I have great admiration for organizations with well-defined brands. The most successful organizations make decisions based on their desired brand position. The brand drives the entire organization. And frankly, that makes decisions a lot easier. They ask, “If we do this, is it good for our brand?” Their brand support is not just for the marketing campaigns. The leadership lives the brand. It spreads throughout the entire staff, touching their vendors and even their stakeholders. Disney comes to mind for me.
I once worked for the marketing department at a company that had little communication with our sales staff. Upon starting the job, I quickly noticed tension between the two departments. When I asked why our departments didn’t work together more closely, no one could definitively answer my question. Our failure to collaborate was problematic. We were never on the same page, we operated under different objectives, executed different strategies (sometimes in conflict with each other) and never leaned on each other for advisement or expertise. It’s no surprise that the few successes we tallied were often in spite of each other.
As marketers, we’re used to having research and data available whenever we want it. The days of intuition and gut feelings are gone, and our outcomes have benefitted from the wealth of information that is available to us.
In the words of every great investor, "Don't invest in something you don't understand." The same could be said for digital marketing. We all know the world is going digital. But let’s be honest, programmatic can be a complicated marketing tactic to understand. I’m sure you’ve heard the term “programmatic” tossed around. With that being said, let this blog post be a general overview of the exciting world of programmatic advertising and how it works.
You might know her as Sam. Or maybe you know her as her less familiar, totally not-made-up stage name, DJ “Turntables” Turner. Whatever name you know her by, everyone who meets Samantha Turner walks away knowing two things: She and music are one in the same song, and it doesn’t fit any known genre.
Coca-Cola is reintroducing New Coke. The Pepsi knock-off from 1985 is being used in several episodes of the Netflix series Stranger Things. New Coke is considered by many to be the biggest marketing blunder in American history. Not me. In fact, I think it was genius marketing.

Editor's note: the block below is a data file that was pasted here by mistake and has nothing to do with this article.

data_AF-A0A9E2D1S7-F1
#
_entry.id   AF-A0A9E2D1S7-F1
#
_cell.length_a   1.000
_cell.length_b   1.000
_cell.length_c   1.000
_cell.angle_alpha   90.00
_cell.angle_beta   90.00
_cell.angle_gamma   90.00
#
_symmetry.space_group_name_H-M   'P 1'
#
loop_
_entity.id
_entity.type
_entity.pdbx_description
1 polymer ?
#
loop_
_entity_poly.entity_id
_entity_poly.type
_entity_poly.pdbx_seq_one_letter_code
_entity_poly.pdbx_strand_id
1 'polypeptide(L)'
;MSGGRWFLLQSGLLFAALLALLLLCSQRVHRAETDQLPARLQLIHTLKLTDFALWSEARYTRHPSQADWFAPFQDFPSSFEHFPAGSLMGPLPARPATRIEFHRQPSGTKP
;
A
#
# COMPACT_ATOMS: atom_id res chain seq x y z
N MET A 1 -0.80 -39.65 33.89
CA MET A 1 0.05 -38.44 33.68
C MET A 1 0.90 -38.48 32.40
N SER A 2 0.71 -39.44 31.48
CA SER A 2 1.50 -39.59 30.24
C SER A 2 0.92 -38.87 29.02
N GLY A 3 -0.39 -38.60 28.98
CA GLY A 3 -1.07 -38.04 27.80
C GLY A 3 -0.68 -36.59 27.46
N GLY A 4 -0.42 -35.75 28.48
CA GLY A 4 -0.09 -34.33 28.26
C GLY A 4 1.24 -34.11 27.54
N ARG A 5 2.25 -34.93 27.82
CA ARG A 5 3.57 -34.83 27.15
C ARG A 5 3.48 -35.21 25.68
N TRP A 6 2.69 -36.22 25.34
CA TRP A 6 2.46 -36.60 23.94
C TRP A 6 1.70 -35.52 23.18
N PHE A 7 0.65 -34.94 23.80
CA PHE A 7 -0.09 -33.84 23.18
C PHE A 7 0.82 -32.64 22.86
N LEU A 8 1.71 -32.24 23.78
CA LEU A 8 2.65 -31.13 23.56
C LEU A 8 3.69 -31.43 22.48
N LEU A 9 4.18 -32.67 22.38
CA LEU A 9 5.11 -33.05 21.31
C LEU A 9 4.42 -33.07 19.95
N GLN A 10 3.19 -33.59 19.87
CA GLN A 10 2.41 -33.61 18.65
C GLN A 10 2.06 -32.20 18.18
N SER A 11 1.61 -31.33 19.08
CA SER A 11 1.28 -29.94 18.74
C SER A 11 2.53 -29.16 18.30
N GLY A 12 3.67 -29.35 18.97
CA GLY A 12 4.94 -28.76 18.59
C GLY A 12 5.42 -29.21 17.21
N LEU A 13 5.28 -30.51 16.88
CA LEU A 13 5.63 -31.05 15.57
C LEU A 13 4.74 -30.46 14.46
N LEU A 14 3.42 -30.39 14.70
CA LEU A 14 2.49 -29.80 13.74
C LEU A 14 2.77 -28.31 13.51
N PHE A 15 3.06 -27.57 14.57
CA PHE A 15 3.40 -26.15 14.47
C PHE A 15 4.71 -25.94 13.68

As people who live in a world enveloped by sound, we know how things should sound. Therefore, it is our job as sound designers to make sure the videos we produce sound as full and as real as possible. I feel like I should say “sound” one more time. Sound.
We work in an industry often dominated by visuals, which means audio usually takes the back seat.
As a result, soundscapes will most likely have to be enhanced or perhaps even recreated. We recently produced a series of spots for the Oklahoma Highway Safety Office about the dangers motorcyclists face on the road every day. This shoot had lots of fun camera gear, but no way to capture audio. Even though the spots feature fun motion graphics with cool sound effects, we also needed to add sounds that would have occurred during recording. What would the different vehicles sound like? Are the roads in good shape, or could they use some repair? These details need to be taken into account. It’s something that may go unnoticed, but like all editing, being invisible is almost always the goal.
OKLAHOMA CITY (May 23, 2019) – VI Marketing and Branding was named the Lowe Runkle Distinguished Service Award winner by the Oklahoma City Ad Club.
The only thing that can match Alexandra Taylor’s intense competitive drive is her unabated ambition.
The word strategy can mean a plethora of different things when used in the context of marketing. In turn, the job description of a Strategist can also be wide reaching. No matter the specific definition someone opts for, it's essentially an ability to uncover, present and successfully leverage a human insight.